About the Project
The most common musculoskeletal deformity among newborn babies around the world is a condition commonly referred to as clubfoot. The medical term for this condition is congenital talipes equinovarus, meaning the foot is abnormally turned downward and inward. The resulting posture resembles a club. If left untreated, clubfoot persists as a rigid, unsightly deformity and is one of the most common causes of physical disability.
The critical final phase of treatment for clubfoot, using the Ponseti Method, requires parents to use a brace in order to maintain the correct foot posture for 12–14 hours each night until four years of age. Parents have been vocal about a desire to allow their children some mobility while maintaining correct alignment for the treatment of this deformity.
To that end, the University of Iowa’s medical device prototyping facility Protostudios utilizes 3D CAD design, rapid prototyping principles and state of the art 3D printers to quickly iterate upon the concept of a reciprocating brace that allows for the prescribed posture of abduction and dorsiflexion in a corrected clubfoot while allowing more mobility and higher degrees of comfort for the child.
The previous clubfoot treatment device, the Iowa Brace, which doesn't allow the child much mobility.
The new-and-improved Clubfoot Kick-Bar (Patent Pending), which allows the child more mobility without detracting from their clubfoot treatment.
“The staff at Protostudios have been fantastic in advancing development of Clubfoot Solutions’ new bracing system for children born with clubfoot. Although the original concept was developed and patented at the University of Iowa, Chuck, Spencer, and their associates have translated that concept into a workable, manufacturable device. Timely 3D printing has allowed us to finetune various aspects of the design and produce prototypes from which we have received valuable feedback from both parents and doctors. Working with ProtoStudios has been a rewarding and productive experience. On behalf of the thousands of children born with clubfoot every year, we say ‘Thank you’ to ProtoStudios.”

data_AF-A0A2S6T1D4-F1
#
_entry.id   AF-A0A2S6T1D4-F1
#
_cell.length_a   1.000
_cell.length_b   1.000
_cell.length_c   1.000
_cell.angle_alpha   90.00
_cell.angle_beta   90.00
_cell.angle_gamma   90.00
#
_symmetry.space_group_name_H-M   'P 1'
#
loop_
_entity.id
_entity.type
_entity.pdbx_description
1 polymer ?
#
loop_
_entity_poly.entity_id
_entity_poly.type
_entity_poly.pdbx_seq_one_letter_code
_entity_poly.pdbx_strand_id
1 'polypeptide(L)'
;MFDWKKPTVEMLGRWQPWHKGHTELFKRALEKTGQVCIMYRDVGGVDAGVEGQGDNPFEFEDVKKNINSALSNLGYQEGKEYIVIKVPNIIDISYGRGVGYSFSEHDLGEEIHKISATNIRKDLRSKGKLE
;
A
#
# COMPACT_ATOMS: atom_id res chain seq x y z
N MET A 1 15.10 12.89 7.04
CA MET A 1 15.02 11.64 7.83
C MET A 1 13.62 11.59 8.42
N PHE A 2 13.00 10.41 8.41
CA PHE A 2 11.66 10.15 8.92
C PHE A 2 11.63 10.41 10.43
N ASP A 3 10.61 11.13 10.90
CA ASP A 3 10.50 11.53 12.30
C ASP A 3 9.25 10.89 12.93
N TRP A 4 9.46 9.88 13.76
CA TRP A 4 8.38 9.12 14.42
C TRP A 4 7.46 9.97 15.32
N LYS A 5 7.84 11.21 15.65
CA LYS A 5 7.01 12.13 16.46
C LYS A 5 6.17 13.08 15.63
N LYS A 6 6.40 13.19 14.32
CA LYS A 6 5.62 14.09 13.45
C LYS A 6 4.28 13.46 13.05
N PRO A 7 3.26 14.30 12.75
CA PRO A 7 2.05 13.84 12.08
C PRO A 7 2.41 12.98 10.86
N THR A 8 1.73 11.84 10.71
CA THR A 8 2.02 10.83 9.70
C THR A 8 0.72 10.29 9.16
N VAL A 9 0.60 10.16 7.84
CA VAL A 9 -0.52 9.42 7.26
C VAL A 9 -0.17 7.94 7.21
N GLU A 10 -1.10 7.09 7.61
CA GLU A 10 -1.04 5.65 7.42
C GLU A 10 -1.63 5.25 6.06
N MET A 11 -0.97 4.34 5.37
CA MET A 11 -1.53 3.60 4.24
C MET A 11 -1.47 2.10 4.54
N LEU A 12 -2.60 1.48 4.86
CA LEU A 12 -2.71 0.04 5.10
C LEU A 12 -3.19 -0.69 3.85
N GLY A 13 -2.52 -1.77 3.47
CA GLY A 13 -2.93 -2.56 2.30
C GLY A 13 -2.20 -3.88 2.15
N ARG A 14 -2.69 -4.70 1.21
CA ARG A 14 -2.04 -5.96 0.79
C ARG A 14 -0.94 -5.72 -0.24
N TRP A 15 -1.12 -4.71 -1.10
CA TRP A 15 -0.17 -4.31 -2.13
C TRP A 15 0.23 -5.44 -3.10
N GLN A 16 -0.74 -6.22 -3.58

Dr. Thomas Cook, PhD
Professor Emeritus, Physical Therapy and Public Health Vice-President, Clubfoot Solutions
Design Concept CAD Renders
3D Printed Prototypes
Fitment and Usage Testing
Jig for Assembling Process
The parallelogram configuration only allows relative motion between the shoe attachment pieces in the XY (vertical) plane. As a patient bends a knee(s) to raise or lower one foot relative to the other, the shoe attachment plate pivots about the four hinge(s) and maintains the desired correctional orientation of both feet.
Because the connecting bar apparatus consists of two identical crossbars and two identical shoe attachment pieces, the use of pairs of identical components minimizes the number of unique parts needed in the device’s manufacture. The use of two crossbars increases the strength of the brace compared to single bar designs. This simple design results in low manufacturing costs and does not require careful adjustment by a trained medical professional, whose services may be costly or difficult to obtain, especially in low-and middle income countries.